By Maria Marroquin
Adelante First Year Programs Social Justice Plactica on Thursday brought awareness to students about the struggles and similarities between the black and brown communities.
Tyson Amir, author of Black Boy Poems, was the speaker of the platica. The publication of his book had a meaningful date for him because it was on the 50th anniversary of the foundation of the Black Panther party.
He spoke about the legacy that came from his father, who was member of the Black Panther party. As a kid, Amir said he was exposed to everything related to historical, cultural and political knowledge in fighting for freedom.
“I don’t identify as an MC (a freestyle rapper), I don’t identify as a poet, I don’t identify as an author. I identify as a freedom fighter,” Amir said, after reciting a poem.
According to Amir, the Black Panther party was founded out of the fight for human rights and now the immigrant community is facing similar treatment.
“This is the time to be revolutionary. Y’all are students, but you can be more, you can do more,” Amir said.
He spoke about the president’s comments regarding immigrants, and how the foundation of his campaign was bottling all the Latino people into one single category: such as rapists and drug dealers.
He said he stands in solidarity of our indigenous people, our Latino people, our Asian people and everyone in between that is oppressed by the same system the black community is, and has been oppressed with for centuries.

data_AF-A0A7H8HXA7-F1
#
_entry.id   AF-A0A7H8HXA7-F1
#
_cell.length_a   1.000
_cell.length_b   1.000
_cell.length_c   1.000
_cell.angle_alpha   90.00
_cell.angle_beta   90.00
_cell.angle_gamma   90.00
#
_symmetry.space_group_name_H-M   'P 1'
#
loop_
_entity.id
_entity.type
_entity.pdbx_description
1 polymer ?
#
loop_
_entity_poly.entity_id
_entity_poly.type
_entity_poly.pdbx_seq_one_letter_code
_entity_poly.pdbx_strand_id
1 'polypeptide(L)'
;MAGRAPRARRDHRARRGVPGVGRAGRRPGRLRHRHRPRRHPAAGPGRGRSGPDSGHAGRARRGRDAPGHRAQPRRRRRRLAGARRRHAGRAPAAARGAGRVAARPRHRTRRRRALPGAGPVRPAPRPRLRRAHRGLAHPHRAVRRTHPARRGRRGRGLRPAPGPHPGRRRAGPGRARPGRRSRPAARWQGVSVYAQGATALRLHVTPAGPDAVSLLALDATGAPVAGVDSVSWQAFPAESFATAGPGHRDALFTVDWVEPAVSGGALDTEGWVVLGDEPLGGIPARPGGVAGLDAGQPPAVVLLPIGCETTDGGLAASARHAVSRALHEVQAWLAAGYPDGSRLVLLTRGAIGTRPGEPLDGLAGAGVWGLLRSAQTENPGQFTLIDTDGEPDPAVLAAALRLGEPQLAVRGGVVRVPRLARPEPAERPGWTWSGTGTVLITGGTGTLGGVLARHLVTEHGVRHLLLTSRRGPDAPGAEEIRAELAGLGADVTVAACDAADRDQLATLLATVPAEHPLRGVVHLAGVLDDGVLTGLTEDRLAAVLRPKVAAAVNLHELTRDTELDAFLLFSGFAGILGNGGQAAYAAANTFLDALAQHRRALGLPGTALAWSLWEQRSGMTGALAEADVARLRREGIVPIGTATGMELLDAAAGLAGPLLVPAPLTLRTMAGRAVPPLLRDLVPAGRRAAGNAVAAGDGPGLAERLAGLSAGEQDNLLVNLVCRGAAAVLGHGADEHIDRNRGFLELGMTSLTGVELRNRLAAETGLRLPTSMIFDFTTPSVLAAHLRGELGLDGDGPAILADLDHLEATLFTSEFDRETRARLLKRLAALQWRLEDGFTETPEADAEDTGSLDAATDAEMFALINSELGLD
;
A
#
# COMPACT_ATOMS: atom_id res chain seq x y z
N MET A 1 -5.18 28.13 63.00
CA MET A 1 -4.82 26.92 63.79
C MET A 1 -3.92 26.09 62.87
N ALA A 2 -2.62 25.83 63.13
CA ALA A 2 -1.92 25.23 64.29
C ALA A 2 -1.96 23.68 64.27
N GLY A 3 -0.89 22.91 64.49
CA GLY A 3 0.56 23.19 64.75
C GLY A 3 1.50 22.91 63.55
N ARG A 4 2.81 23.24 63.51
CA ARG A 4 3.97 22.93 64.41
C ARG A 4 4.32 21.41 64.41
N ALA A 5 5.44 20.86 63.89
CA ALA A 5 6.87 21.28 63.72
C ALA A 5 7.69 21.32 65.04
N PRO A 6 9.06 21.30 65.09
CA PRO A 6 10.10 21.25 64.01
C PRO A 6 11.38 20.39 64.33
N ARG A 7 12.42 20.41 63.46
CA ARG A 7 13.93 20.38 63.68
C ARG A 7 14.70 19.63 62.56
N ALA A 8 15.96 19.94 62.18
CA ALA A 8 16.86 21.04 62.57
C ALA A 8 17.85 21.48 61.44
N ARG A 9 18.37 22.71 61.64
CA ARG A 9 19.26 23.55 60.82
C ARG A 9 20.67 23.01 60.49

“He was from the Black Panthers, but he did not focus only on black, he focused on all the American people. It was so powerful, because if the system victimizes one group, they can victimize all groups,” Ryan Astango, an audience member who spoke in a discussion after the event.
“Our worth in their eyes is somewhere between feline and pigeon,” Amir said, quoting from his poem “Between Huey and Malcolm” after an audience member said this was a powerful lie.
He compared minorities such as the homeless, Latino, black and Asian communities seen in society as cats. The powerful people, the people running our country are the canines, the alpha dogs. He said that pets have higher acceptance in our society than the people in need.
He compared it to homelessness and how they can’t get healthcare, but yet we have animal hospitals and hotels for dogs, while our people are dying in the streets.
Amir was presented with an appreciation award from the Adelante First Year Experience program. “This appreciation award was presented to him in appreciation for his work, coming from the Bay area to talk to us and giving us his time before having to catch a plane to North Carolina,” ambassador of the FYE program Jesus Ruiz said.
“Personally, I love that we have so many different people representing aspects of our community coming together and having a conversation that I hope is really moving for everyone,” Amir said. He also added that he loves what ELAC is doing to bring awareness and involvement and he hopes to be a part of it.
“We brought Tyson because we wanted to make sure that we show the connection between the black and brown people, because as he said in his talk, when we unite as people, we become really powerful,” Associate Dean of FYE Vanessa Ochoa said.
“He was talking to us and telling us what his people went through, but he was inclusive of everyone. Mexicans, Salvadorans and the Asian community. It’s not just about black power, it’s about community,” said Jairo Perez, a student.